It took well over a hundred years for bridges to link the other three islands that in the eighteenth century made up Sandys Parish: Watford Island, Boaz Island and Ireland Island. According to Terry Tucker’s The Islands of Bermuda, Ireland Island was mostly uninhabited until the century after the Imperial government bought it in 1795 to develop the Royal Naval Dockyard. It had no roads, was overrun by jungle and pigs and had a small population living in palmetto thatched wooden houses, long after stone-built houses had become the norm in the rest of Bermuda.
Watford Bridge, Photograph by Johan Aucamp.
Once work on Dockyard began in 1817, a channel was dug to divide Ireland Island in two, Ireland Island North and Ireland Island South. Like a moat, the cut was designed as a defence against any military attack from the US. It was filled in again in 1823 but re-dug in 1843. By 1845 there was a wooden bridge crossing the water to Pender Road. Both the cut and the bridge were named Cockburn (pronounced “Coburn”), either after Admiral Sir George Cockburn who served twice on the North American station, or his brother Sir James Cockburn who served as governor of Bermuda. By 1892 the wooden bridge was pulled down and replaced with a poured concrete bridge. According to William Eric Brockman’s Bermuda: Growth of a Naval Base 1795-1932, “Bermudians feared the use of concrete, convinced this ‘running porridge into a mould’ would never make a bridge.” For years they refused to cross it, using a boat instead. These days the Cut Bridge has two lanes, a twin reinforced-concrete arch bridge having been added in 2009.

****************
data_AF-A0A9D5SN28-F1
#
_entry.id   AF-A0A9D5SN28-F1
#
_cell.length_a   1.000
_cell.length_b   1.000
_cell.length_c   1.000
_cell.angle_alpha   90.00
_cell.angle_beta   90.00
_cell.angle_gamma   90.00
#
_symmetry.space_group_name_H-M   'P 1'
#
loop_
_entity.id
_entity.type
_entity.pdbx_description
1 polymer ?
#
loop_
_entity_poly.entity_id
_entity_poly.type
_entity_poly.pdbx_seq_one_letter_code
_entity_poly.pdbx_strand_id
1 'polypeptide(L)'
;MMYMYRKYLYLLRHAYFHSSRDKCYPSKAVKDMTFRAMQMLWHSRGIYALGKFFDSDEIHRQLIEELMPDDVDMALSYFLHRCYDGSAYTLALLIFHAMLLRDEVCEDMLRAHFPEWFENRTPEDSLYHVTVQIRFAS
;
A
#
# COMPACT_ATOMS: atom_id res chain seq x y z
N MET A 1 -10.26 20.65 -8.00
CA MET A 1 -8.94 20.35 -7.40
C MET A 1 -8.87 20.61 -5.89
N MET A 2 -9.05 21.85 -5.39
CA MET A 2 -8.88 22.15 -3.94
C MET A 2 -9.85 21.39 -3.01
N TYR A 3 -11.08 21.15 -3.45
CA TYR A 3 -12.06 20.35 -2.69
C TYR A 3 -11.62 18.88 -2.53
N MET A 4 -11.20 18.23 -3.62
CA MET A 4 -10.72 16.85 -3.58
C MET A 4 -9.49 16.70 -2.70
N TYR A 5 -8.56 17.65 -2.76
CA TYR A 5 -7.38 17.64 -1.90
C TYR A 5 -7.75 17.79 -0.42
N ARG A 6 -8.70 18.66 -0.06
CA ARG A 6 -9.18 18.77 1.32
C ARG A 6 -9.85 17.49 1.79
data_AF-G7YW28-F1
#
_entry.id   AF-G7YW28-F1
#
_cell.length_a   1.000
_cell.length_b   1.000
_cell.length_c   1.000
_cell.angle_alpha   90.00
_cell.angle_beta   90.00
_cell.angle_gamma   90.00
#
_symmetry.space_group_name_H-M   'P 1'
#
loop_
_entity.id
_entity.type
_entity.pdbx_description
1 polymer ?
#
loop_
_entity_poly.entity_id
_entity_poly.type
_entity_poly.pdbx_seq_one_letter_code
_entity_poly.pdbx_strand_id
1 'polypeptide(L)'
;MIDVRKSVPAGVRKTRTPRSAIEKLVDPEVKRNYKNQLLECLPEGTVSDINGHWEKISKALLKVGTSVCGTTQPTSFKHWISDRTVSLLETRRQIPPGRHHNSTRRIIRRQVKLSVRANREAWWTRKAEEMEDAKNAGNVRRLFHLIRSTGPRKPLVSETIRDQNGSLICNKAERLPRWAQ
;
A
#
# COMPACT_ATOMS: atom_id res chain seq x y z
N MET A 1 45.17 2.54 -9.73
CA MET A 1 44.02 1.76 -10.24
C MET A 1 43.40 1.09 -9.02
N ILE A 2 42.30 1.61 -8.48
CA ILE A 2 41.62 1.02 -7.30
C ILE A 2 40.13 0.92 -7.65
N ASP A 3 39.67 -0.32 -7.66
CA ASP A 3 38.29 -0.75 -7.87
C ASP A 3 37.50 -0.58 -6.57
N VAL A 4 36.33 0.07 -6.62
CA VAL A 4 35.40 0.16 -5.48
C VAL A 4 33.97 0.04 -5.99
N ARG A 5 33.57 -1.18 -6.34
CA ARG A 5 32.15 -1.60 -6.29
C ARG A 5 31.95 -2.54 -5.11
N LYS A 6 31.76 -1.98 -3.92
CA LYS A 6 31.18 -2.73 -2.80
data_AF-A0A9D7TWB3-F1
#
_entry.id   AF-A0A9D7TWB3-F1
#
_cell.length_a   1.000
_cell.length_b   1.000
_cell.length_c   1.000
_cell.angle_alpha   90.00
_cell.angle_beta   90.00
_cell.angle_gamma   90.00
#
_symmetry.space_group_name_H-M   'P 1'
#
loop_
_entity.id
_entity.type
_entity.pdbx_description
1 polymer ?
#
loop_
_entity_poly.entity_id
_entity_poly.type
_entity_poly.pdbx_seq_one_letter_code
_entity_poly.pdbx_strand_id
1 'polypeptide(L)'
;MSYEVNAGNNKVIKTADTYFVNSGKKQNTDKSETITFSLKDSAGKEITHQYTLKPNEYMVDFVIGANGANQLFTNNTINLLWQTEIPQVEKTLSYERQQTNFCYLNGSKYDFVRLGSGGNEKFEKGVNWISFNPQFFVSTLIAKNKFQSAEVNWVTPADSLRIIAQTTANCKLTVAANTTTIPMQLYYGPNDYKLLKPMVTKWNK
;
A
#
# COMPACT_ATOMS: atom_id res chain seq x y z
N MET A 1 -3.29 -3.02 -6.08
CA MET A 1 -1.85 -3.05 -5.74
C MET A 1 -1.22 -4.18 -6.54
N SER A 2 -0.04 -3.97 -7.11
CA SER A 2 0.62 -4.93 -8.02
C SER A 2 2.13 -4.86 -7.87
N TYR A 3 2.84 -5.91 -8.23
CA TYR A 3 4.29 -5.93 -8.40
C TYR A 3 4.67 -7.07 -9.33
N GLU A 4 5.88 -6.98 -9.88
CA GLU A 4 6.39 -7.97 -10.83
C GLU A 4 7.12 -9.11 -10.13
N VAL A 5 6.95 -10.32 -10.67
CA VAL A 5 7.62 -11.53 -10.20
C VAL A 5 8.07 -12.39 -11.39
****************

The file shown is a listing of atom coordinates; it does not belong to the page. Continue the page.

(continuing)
Timber footbridge leading to Hospital Island in Lagoon Park.